5 Most Dangerous Cat Diseases

By Sarah Winkler, Animal Planet

According to the Humane Society of the United States, there are more than 70 million feral and stray cats roaming the streets. Because stray cats often carry dangerous diseases, the best thing that you can do to protect your domesticated cat against serious illness is to keep it indoors. By staying inside, your cat is less likely to fight with other animals and risk the chance of spreading diseases through wounds. You’ll also keep it away from infection-spreading parasites, including fleas and ticks, and prevent the kidney failure that can come as a result of ingesting poisonous substances such as antifreeze.

Outdoor cats and those that live in multi-cat homes have the highest risk of disease. However, indoor cats and “only cats” can get sick, too. The good news about cat illnesses is that most are easily preventable; the bad news is that once your cat contracts an illness, it can be very difficult to treat. It’s also important to keep in mind that even minor ailments can suggest major health problems. But some cat diseases are more dangerous than others. Read on to learn about some of the most serious ones.

5: Feline Leukemia Virus

Feline leukemia is a disease that spreads through urine, nose discharge and saliva. Cats can catch the disease through bites, sharing food and water bowls, and from simply living together. Mother cats can pass the disease along to their kittens, and kittens are more likely to contract the disease than adult cats.

Some cats will immediately become ill upon contracting the virus; however, in other cats, symptoms of the disease will not manifest for several weeks. Feline leukemia can result in a number of conditions, including system-wide infections, diarrhea, skin infections, eye disease, respiratory tract infections, bladder infections, infertility, anemia and cancer. Any severe chronic illness can be a sign of feline leukemia.

Although there is no cure for feline leukemia, the disease is easily preventable. Keeping cats indoors, restricting exposure to other cats, maintaining a clean living environment and ensuring your cat is vaccinated can all help prevent feline leukemia. According to the Merck Veterinary Manual, veterinarians rarely see cases of feline leukemia among vaccinated cat populations.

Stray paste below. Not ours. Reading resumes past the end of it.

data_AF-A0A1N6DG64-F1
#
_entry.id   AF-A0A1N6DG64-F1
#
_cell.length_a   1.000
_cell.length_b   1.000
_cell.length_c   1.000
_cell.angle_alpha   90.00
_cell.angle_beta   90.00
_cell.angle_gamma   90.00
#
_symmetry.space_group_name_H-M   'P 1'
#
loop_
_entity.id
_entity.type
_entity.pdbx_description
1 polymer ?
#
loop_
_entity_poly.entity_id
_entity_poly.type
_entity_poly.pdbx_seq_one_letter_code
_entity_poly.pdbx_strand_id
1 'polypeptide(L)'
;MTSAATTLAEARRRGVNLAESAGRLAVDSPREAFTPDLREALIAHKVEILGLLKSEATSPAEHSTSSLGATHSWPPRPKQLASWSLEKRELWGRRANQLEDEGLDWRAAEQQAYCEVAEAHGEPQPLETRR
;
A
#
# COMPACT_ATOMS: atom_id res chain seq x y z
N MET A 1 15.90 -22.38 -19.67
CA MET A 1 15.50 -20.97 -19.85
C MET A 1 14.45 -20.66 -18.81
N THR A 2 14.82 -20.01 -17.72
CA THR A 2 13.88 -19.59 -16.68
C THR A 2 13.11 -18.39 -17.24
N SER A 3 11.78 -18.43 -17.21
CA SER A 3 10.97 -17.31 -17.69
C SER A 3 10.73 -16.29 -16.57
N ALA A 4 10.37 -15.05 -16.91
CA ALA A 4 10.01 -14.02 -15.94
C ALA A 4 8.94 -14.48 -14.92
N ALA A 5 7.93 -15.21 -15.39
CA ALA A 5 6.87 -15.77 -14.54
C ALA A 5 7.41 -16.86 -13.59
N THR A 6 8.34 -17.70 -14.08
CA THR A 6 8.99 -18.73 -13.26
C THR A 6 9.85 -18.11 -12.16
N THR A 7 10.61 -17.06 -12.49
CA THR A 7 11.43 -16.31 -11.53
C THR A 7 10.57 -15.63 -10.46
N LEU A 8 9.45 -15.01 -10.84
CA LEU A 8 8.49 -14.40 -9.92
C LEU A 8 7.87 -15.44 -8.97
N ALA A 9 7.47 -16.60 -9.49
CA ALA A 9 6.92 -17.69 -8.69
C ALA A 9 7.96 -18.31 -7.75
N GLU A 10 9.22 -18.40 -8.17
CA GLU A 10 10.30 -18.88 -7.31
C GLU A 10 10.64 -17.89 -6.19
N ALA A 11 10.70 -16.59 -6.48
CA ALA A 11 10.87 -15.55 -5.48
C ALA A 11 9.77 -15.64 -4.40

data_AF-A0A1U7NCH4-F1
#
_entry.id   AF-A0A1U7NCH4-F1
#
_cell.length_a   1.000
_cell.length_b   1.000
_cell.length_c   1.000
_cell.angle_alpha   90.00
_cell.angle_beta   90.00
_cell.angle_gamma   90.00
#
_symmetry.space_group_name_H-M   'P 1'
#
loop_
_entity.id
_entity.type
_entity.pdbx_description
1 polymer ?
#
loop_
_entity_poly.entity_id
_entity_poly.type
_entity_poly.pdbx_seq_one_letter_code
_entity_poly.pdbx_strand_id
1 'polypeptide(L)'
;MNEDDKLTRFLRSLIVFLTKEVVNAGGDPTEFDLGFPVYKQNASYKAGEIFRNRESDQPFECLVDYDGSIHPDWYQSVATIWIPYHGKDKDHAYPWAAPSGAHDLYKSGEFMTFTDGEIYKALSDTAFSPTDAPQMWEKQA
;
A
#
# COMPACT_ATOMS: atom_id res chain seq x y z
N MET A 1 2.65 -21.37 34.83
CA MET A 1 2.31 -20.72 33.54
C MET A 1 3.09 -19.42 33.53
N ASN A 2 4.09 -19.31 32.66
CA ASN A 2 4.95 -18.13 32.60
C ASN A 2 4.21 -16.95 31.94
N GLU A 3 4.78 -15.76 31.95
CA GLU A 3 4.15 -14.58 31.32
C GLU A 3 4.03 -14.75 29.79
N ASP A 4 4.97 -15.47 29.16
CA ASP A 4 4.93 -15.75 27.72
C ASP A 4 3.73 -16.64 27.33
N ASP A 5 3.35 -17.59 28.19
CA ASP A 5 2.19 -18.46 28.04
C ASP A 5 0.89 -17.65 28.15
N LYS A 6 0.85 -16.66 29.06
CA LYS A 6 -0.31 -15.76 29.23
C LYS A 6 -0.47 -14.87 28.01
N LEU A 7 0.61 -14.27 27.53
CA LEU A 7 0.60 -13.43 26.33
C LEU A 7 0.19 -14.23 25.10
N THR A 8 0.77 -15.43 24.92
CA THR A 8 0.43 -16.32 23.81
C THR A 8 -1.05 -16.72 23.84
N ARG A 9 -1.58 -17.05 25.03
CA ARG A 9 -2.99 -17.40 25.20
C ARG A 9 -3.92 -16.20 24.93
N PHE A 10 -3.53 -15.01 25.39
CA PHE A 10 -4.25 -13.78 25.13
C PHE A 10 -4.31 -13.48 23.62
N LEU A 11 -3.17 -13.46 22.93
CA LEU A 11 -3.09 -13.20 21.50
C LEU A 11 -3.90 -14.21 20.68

4: Feline Immunodeficiency Virus

Unlike human immunodeficiency virus (HIV), sexual contact is not a major factor in transmitting feline immunodeficiency virus (FIV). It primarily spreads through bite wounds, and outdoor cats and territorial tomcats are most susceptible to infection. However, unlike feline leukemia, casual contact through sharing food and water bowls doesn’t significantly increase risk of contracting FIV. Although a mother cat may pass the virus along to her kittens, this happens rarely.

Once the virus enters the bloodstream, it can remain dormant until it progresses into an active disease. FIV is terminal, and because it targets the immune system, cats that have the disease run an increased risk of enlarged lymph nodes, ulcers of the tongue, inflamed gums, progressive weight loss, poor coat and skin disease, diarrhea, anemia, eye disease and cancer.

To prevent FIV, keep your cat indoors and up to date on vaccinations. According to CatHealth.com, vaccinating for this virus after your cat is at least 8 weeks old can prevent infection about 60 to 80 percent of the time after three doses.

3: Kidney Disease/Renal Failure

Renal failure, which is caused by kidney disease, is one of the leading causes of death in older cats. Causes for kidney disease include age, genetics and environmental factors such as access ingesting poisonous substances. Renal failure in cats can take two forms: acute or chronic. Acute renal failure is associated with a sudden stop of kidney function, while chronic renal failure results from a progressive deterioration of kidney function.

A number of symptoms can show up as a result of kidney disease, including excessive urination, increased thirst, nausea, a grinding or cracking sound in the jaw, vomiting, dehydration, constipation, loss of appetite, weight loss, halitosis (ammonia smell) and lethargy. If your cat is experiencing any of these symptoms, your vet can test for kidney disease and renal failure. Urinalysis can test to see if the cat’s urine is diluted, which indicates that its kidneys aren’t passing waste. Blood tests can check on creatinine and BUN (blood urea nitrogen) levels. An elevated creatinine level can be a sign of loss of kidney function.

Although there is no cure for feline kidney disease, you can treat it through adjustments to your cat’s diet, medication and diuresis (hydration therapy). According to the Merck Veterinary Manual, the animal receiving treatment can survive for long periods of time using only 5 to 8 percent of their renal tissue.